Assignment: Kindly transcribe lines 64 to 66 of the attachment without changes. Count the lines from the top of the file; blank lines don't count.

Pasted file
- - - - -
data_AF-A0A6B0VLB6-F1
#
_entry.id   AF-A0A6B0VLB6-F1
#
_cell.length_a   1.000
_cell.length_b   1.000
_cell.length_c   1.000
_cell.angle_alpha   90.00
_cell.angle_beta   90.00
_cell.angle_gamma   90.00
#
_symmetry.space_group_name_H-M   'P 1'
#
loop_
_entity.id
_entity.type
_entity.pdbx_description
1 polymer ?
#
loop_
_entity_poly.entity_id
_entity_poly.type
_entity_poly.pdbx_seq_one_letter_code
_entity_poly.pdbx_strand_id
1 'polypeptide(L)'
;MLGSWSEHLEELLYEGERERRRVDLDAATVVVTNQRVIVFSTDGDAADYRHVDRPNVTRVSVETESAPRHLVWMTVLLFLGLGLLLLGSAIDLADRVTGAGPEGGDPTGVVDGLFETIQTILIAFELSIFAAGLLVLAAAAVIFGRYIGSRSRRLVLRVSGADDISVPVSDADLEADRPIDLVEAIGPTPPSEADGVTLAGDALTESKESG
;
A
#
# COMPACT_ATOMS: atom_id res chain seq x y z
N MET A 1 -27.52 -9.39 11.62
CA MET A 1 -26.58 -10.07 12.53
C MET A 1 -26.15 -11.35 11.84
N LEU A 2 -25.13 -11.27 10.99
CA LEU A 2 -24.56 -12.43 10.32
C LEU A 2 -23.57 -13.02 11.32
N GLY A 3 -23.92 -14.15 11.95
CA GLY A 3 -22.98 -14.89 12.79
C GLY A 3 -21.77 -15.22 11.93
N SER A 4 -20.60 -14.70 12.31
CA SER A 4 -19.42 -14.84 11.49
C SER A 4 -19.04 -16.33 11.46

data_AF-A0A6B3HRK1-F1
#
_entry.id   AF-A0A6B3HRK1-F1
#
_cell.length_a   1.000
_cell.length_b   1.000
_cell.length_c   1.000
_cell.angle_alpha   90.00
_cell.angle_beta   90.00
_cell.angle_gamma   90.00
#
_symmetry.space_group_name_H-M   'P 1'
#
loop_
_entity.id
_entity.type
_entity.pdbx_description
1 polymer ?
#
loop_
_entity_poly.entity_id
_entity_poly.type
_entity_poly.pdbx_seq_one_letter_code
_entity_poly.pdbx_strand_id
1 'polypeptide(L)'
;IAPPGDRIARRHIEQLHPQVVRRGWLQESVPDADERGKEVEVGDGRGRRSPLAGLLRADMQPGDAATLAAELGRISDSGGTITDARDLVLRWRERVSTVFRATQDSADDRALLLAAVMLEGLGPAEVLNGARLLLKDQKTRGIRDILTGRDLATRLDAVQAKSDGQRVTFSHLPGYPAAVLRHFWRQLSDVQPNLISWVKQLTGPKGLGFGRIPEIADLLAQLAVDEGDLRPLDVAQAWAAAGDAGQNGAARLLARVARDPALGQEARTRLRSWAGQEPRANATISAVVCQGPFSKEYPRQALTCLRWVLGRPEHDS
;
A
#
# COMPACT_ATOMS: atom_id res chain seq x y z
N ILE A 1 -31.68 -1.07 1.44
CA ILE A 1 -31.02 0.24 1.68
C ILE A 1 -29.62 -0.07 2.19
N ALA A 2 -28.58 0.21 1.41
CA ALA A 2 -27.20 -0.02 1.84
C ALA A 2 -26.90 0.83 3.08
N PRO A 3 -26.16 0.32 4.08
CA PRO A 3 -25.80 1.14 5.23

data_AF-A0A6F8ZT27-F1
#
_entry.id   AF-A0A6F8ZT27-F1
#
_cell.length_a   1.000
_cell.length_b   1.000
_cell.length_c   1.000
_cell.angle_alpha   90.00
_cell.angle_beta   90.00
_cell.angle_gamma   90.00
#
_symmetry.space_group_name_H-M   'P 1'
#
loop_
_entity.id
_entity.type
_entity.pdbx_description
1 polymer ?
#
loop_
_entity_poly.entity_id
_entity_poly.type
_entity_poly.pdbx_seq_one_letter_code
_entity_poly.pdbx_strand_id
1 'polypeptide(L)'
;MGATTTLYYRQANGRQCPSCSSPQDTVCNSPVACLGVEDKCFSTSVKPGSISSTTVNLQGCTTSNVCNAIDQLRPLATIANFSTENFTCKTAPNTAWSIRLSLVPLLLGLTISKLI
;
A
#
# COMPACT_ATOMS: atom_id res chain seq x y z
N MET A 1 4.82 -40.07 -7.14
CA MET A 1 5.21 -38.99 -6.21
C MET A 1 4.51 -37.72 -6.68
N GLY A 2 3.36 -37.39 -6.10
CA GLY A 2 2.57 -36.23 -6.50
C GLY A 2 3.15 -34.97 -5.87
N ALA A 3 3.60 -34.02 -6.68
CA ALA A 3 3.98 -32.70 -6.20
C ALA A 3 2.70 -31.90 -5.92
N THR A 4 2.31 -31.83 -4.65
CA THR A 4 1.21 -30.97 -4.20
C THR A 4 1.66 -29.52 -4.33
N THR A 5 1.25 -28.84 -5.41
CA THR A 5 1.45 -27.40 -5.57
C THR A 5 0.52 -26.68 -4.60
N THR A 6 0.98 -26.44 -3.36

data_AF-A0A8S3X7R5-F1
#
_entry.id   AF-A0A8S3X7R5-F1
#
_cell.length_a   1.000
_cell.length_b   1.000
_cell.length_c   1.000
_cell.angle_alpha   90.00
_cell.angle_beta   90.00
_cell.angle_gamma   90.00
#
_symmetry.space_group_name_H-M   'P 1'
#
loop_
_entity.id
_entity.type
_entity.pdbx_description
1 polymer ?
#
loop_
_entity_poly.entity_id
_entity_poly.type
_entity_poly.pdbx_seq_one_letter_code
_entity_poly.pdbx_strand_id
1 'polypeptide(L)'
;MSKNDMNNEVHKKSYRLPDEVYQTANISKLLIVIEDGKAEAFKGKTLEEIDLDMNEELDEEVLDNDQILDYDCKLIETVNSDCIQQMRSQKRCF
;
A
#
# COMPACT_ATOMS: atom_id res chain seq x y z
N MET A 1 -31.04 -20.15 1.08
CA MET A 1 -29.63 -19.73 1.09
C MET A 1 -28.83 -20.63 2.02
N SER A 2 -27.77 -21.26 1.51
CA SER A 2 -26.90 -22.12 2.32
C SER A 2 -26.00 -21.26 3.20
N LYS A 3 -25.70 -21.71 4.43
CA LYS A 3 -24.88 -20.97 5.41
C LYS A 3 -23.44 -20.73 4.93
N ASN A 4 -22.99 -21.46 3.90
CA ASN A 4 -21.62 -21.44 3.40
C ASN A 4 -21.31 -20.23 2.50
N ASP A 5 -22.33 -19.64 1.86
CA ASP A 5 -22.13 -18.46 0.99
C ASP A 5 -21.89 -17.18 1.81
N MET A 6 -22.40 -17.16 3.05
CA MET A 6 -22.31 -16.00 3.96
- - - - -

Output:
_entity_poly.type
_entity_poly.pdbx_seq_one_letter_code
_entity_poly.pdbx_strand_id